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CL previews upcoming concerts (May 25-31) 


AMANDA POLLARD Taking the opportunity to support homegrown talent is always special and Amanda Pollard is that. The Northwest School of the Arts alum has been cutting her teeth as an R&B artist just about everywhere people will listen. Those who've had the opportunity to see it firsthand can tell you that her songs about the human experience are as unique as any. Charlotte-based rapper Deimont is also on the bill. $5. Twilight Caribbean. (Mike McCray)

GRAHAM LINDSEY Now living in the hills of Montana, folk and country singer/songwriter Lindsey writes tales laced with angst, barreling through primal acoustic numbers on guitar or banjo. He once floated around in punk bands, including kid punks Old Skull; Lindsey is quite at home now in a backwoods country mode and musically worthy to pull up a barstool with the likes of John Wesley Harding and even Dylan. With Stephen Warwick, Les Wright and Ben Henry. $6-$9. Milestone. (Samir Shukla)

DIRK QUINN BAND Philly-based guitarist Quinn's funk and jazz naturally avail to sinewy jazz as well as playful experimentation a la Medeski, Martin & Wood. Last summer's release, QuinnTet, is a fine example of what contemporary jazz could aspire to and become, without acquiescing to noodling that becomes generic wallpaper. $7. Double Door Inn. (Shukla)

KYLESA Backed by the tribal ferocity of double drummers, the vertigo-inducing bombast of Kylesa channels the likes of noise weavers Neurosis, and hardens the sound further. Touring in support of recent recording Spiral Shadow, the quintet from the seaside burb of Savannah launches whirring guitars with oft shouted vocals. Also on the bill are Hour of 13, Caltrop, and Machete! $12-$14. Tremont Music Hall. (Shukla)


COMPANY When you're neighbors with Band of Horses' Ben Bridwell, whose reputation for helping out fellow musicians is well-deserved, good things can happen. For this Charleston, S.C., quartet, that meant everything from a band name (they were formerly known as Ko, a symbol from the I Ching) and a BoH opening slot to a debut EP on Bridwell's Fat Possum imprint, Brown Records. Company's new full-length, Holy City (on Exitstencil Records) is perfectly serviceable if unspectacular indie tinged with Southern rock, alternating between GBV lo-fi and the lush reverb of Bridwell's own band. With Filmstrip, Veda Woolf and Dear Kavalier. $6-$9. Milestone. (John Schacht)


THE FAREWELL MONUMENT Spawned from members of People and As Long As Today in 2009, this Charlotte quartet is a dope instrumental act that just released its Harm's Way EP earlier this month. There's no such thing as no frills with these guys — they create epic tunes without saying a word. You can totally get lost in it. Arm The Brave and Asheville's Albert Adams joins. $7-$9. The Milestone. (McCray)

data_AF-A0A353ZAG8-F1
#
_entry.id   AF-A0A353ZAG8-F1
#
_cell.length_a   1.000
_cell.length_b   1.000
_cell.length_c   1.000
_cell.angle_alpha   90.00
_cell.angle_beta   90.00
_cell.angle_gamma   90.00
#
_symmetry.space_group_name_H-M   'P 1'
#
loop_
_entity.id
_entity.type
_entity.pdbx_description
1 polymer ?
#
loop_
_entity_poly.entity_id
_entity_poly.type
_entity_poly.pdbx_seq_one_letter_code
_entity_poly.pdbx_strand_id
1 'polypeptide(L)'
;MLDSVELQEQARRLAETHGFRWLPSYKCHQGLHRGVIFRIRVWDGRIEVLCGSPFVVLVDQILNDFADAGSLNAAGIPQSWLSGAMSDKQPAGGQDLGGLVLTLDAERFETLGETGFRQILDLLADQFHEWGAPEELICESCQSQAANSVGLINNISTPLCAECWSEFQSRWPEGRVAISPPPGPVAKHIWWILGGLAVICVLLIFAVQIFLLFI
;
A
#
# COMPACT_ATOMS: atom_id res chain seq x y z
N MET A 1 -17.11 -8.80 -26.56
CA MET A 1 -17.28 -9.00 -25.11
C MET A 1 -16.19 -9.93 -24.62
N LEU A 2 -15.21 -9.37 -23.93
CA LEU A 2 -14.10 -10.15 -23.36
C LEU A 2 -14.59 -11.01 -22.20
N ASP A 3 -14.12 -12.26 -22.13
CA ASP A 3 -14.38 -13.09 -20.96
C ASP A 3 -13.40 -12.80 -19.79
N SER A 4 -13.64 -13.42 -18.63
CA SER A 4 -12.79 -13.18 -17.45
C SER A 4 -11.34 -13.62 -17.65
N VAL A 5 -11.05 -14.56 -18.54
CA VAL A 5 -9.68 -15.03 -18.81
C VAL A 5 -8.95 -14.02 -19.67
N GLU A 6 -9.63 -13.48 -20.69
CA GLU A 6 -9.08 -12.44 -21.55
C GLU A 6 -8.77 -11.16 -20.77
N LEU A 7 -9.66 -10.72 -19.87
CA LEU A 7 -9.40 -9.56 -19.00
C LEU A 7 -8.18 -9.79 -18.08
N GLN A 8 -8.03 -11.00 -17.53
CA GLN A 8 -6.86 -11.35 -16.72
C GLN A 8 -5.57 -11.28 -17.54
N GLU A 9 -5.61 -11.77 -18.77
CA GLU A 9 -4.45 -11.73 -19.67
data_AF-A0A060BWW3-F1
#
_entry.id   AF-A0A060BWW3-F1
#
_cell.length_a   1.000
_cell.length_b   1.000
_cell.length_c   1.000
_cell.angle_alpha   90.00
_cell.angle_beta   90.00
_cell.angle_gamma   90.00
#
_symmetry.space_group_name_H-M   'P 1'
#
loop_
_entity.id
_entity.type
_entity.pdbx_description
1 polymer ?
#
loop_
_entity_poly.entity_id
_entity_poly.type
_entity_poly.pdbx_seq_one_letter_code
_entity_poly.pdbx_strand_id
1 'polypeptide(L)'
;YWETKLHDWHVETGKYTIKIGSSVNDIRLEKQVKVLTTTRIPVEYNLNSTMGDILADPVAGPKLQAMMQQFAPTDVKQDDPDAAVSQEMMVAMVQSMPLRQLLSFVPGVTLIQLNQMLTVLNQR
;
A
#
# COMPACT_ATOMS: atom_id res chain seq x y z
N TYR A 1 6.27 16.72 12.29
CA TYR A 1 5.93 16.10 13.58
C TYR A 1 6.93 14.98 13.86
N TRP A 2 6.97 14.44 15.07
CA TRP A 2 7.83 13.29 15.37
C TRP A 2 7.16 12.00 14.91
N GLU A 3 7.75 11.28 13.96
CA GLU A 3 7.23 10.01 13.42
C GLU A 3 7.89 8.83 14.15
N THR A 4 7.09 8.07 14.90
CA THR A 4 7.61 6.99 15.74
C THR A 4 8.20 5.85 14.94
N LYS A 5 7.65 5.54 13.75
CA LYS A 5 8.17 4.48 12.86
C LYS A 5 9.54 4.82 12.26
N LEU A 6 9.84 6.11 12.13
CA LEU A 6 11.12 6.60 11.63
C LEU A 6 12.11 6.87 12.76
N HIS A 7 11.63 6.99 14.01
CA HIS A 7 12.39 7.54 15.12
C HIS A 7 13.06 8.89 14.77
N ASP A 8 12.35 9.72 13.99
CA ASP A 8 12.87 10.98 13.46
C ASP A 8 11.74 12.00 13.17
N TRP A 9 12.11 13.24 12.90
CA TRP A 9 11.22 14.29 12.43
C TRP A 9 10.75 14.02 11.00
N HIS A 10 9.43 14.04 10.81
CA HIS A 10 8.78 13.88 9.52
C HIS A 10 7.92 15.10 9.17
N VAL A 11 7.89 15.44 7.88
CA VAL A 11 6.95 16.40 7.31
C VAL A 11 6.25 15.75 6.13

BIG BAD VOODOO DADDY This retro swing outfit hit it big in the mid-'90s, but the music is still as timeless as ever. They play a great mix of amped up jazz mixed with their own spicy covers of songs by artists such as Cab Calloway. Part of the Fridays at the Factory series. $5. N.C. Music Factory. (Jeff Hahne)


SUPER APE Through programming and live instrumentation, Super Ape charges at the listener like a spider monkey (er, spider ape?) and draws them into a trance-like state. The music grooves without being monotonous — it's a journey... one you definitely need to go on. $7-$10. Visulite Theatre. (Hahne)


DOUBLE NEGATIVE The Raleigh experimental hardcore band is, to put it simply, fucking brutal. Get up in their faces near the stage and they'll return the favor. The band feeds off the crowd and feeds them back punk vocals, chugging guitars and pounding drums. Mmmm, delicious. $7-$9. The Milestone. (Hahne)


PANIC! AT THE DISCO The over-orchestrated slick-shlock of these pretentious gits is what you get upon combining '80s synth-coated dance drek and the titanic self-absorption of Emo. Like a biological warfare experiment gone horribly wrong, once the music of these acts (c.f., The Bravery, too) leaked out into the atmosphere, it begat an army of eyeliner-wearing, teenage mallrat mutants whose narcissism made them, in effect, zombies. Panic is the type of disposable band whose discs used to crowd used CD bins as soon as their legions matured, at least to the point where they realized heartache is actually pretty banal, and Kohl on men quite stupid looking. Touring with Fun. (Note: the annoying punctuation is theirs) and Foxy Shazam. $35.25. The Fillmore. (Schacht)

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